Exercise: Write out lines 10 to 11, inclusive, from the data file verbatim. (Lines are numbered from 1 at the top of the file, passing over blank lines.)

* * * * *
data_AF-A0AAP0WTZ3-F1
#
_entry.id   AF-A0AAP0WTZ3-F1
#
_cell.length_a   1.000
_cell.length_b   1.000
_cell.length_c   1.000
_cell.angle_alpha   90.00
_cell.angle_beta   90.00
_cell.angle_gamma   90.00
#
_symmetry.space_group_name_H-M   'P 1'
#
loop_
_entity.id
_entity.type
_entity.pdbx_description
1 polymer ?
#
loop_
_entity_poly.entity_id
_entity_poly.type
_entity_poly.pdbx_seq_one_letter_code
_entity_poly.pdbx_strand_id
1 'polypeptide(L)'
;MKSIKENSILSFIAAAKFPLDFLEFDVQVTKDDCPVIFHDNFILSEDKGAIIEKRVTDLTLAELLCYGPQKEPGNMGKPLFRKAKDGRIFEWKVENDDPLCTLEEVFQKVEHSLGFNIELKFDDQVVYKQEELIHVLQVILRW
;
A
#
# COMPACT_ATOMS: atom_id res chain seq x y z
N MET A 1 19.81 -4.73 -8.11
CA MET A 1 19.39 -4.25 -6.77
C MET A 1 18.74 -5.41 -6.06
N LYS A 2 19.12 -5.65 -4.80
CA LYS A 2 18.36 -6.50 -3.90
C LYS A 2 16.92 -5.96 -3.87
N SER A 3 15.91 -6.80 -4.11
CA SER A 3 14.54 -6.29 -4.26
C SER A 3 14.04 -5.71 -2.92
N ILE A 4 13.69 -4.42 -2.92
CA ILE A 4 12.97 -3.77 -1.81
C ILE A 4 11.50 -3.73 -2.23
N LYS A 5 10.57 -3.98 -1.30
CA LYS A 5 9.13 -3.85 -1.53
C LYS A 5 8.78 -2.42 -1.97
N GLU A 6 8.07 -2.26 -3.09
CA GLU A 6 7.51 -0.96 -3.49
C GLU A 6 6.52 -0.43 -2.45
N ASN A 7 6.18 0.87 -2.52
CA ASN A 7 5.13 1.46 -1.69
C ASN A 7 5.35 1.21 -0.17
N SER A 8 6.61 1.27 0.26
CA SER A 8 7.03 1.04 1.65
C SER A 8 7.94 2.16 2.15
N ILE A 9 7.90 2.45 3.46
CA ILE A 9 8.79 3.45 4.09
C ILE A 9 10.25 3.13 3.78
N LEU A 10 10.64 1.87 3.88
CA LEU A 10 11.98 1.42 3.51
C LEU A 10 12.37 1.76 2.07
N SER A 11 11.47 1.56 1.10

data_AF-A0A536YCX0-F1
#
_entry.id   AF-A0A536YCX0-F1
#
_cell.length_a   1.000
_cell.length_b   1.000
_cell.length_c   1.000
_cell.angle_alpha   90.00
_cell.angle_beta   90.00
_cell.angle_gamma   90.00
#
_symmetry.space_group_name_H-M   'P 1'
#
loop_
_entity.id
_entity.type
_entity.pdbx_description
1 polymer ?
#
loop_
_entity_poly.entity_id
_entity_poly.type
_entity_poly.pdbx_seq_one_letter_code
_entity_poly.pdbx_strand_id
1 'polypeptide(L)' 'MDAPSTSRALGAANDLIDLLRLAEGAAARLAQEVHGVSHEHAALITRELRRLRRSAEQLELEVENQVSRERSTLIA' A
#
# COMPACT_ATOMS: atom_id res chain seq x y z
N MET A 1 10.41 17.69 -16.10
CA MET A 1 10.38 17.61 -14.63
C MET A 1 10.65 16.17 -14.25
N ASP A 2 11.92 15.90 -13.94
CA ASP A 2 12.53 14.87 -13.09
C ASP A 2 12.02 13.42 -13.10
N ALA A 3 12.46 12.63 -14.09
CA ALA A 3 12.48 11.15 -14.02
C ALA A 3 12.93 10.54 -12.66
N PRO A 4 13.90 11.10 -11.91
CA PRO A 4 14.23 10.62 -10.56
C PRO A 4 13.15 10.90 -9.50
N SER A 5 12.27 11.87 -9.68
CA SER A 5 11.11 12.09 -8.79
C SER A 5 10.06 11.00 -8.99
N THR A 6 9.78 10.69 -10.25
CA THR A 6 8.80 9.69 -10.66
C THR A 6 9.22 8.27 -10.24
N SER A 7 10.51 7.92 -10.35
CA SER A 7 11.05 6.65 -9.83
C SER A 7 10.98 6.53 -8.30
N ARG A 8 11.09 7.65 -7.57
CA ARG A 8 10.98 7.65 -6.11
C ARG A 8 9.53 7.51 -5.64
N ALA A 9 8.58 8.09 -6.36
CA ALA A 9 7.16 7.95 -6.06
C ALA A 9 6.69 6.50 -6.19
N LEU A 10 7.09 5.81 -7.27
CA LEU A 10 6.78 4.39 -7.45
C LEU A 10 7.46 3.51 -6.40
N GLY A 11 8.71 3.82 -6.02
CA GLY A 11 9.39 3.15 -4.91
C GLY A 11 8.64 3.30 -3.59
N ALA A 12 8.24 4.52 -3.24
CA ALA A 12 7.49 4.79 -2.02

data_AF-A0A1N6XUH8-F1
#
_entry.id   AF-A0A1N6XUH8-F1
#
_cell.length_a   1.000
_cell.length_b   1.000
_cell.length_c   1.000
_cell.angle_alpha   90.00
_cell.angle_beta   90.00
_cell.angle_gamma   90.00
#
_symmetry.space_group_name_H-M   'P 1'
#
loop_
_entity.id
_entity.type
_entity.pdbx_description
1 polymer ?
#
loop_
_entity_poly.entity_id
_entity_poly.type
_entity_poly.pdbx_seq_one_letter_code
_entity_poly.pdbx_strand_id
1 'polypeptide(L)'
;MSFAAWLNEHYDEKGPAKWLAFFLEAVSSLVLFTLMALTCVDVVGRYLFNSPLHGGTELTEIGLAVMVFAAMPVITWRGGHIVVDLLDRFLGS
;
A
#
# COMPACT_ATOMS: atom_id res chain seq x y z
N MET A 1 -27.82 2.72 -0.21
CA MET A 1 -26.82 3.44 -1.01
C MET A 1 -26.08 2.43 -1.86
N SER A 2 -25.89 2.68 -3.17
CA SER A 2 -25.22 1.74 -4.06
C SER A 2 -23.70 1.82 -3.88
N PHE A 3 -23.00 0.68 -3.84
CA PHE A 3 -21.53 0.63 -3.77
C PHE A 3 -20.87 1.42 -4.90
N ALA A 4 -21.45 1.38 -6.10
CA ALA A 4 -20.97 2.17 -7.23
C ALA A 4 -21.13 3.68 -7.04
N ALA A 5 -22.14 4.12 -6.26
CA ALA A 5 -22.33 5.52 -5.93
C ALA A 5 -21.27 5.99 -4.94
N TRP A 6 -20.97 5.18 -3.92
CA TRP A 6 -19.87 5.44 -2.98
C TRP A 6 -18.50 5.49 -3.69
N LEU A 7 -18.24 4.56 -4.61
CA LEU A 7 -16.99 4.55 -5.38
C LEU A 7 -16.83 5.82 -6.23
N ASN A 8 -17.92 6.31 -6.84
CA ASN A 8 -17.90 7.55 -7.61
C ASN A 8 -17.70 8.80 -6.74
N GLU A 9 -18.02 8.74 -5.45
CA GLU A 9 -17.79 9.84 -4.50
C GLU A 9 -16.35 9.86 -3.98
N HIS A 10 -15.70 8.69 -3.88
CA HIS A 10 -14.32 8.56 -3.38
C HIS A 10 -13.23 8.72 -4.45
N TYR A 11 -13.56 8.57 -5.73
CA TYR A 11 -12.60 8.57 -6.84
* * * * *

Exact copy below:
_cell.angle_gamma   90.00
#